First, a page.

Common Causes of Hair Loss in Men
Each hair’s lifespan is driven by its natural hair growth cycle, comprising three critical stages: growth, regression, and resting. Growth usually continues over 5 to 7 years. At the end of the growth period, a series of biochemical events occur, inducing the follicle to go into a period of change, regression and preparation for rest. Key to the regression process is a protein called FGF5, which can be thought of as the conductor and instigator of the transition out of growth and into rest. The resting stage is a roughly three-month process where an older hair rests while a new hair is formed to take its place. The newly growing hair pushes the old hair out of the follicular pore and as each hair cycles in its own time, the average human loses some 100 hairs every day in this way.
Problematic or pathological hair loss usually results from a disruption to the hair growth cycle, generally causing a growth phase that is too short and where follicles regress prematurely. Shorter growth and early regression mean more hair shedding, more hairs resting and thinner, poor quality hair.
First, it’s important to note that not all hair loss automatically means you’re going to go bald. In fact, many people experience hair loss for a whole variety of factors as diverse as stress, illness, scalp infections, surgical procedures, malnutrition or diet changes, and more.
In many cases, hair loss isn’t permanent, and your hair will grow back once balance is restored in your body and in your hair cycle. So why might you be losing hair?
Male Pattern Baldness
The most common type of hair loss in men is male pattern baldness, sometimes referred to as androgenetic alopecia. This type of alopecia is characterized by the specific pattern of balding at the crown and frontal areas that progresses (either rapidly or slowly) to baldness or sparse hair on the top of the head. The back and sides are rarely involved. Why the hair loss occurs in this pattern we don’t really know, but it is thought that the hair follicles at the top of the head are more susceptible to hair cycle disruption than others.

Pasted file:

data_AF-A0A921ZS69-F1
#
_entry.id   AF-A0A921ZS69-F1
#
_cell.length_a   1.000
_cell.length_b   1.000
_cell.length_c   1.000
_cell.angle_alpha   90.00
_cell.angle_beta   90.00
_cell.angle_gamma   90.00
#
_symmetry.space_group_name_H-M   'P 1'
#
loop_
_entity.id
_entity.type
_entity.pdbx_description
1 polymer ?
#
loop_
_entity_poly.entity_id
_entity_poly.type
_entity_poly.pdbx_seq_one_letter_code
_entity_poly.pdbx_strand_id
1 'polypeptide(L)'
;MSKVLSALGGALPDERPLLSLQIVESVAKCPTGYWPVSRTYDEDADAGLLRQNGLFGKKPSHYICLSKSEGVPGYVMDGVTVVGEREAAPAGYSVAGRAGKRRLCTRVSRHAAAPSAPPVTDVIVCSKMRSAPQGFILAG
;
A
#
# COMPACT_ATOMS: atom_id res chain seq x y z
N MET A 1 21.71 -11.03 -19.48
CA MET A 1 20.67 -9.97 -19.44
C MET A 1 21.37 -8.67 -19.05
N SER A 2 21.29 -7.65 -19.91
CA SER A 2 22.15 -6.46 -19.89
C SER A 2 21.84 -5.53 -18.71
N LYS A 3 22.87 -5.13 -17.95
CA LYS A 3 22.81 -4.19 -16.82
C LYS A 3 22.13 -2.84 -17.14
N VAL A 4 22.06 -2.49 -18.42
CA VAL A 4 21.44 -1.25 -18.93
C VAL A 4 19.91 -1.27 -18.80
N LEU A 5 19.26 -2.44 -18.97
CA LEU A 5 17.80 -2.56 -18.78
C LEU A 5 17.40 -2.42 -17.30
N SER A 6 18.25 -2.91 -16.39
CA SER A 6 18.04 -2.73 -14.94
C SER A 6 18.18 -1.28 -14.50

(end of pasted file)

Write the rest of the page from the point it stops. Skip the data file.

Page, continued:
We know that there are over 150 different genes (article 1, article 2 & article 3)involved in the process of pattern baldness, with different combinations at play in different men. A common factor in some men is a change in the receptor to androgens, specifically a version of testosterone called DHT. Changes in the way the androgen receptor responds to DHT results in biochemical signaling changes ultimately resulting in premature exit from the growth phase and entry into regression, likely via the protein FGF5. Another common issue is a change in the function of the FGF5 gene itself. FGF5 is responsible for stopping the growth phase of the hair cycle. More FGF5 means premature regression, more hair fall, more hair loss, and a shorter growth cycle.
What is usually referred to as “alopecia” is a number of autoimmune diseases where the body attacks the hair follicles. The most common form is alopecia areata, where hair falls out in circular patches. Less common are alopecia totalis and alopecia universalis, which cause loss of all of the hair on the head or entire body respectively. These conditions need to be treated by a dermatologist. Alopecia areata is often treatable and self-limiting, but can relapse in times of stress.
That man bun or those cornrows may be doing your hair more harm than good. Tight hairstyles can cause traction alopecia. Each follicle has its own muscle called the arrector pili and when the hair is under constant pressure, it can cause this muscle to detach. If the arrector pili detaches, it also takes with it a small population of stem cells that are important for hair cycling. Once this happens, the hair follicles become weak, dysfunctional and may die.
An excessive use of hairdryers and chemicals may also damage the hair follicles, resulting in dysfunction or death, so go easy on the treatments and look after your scalp.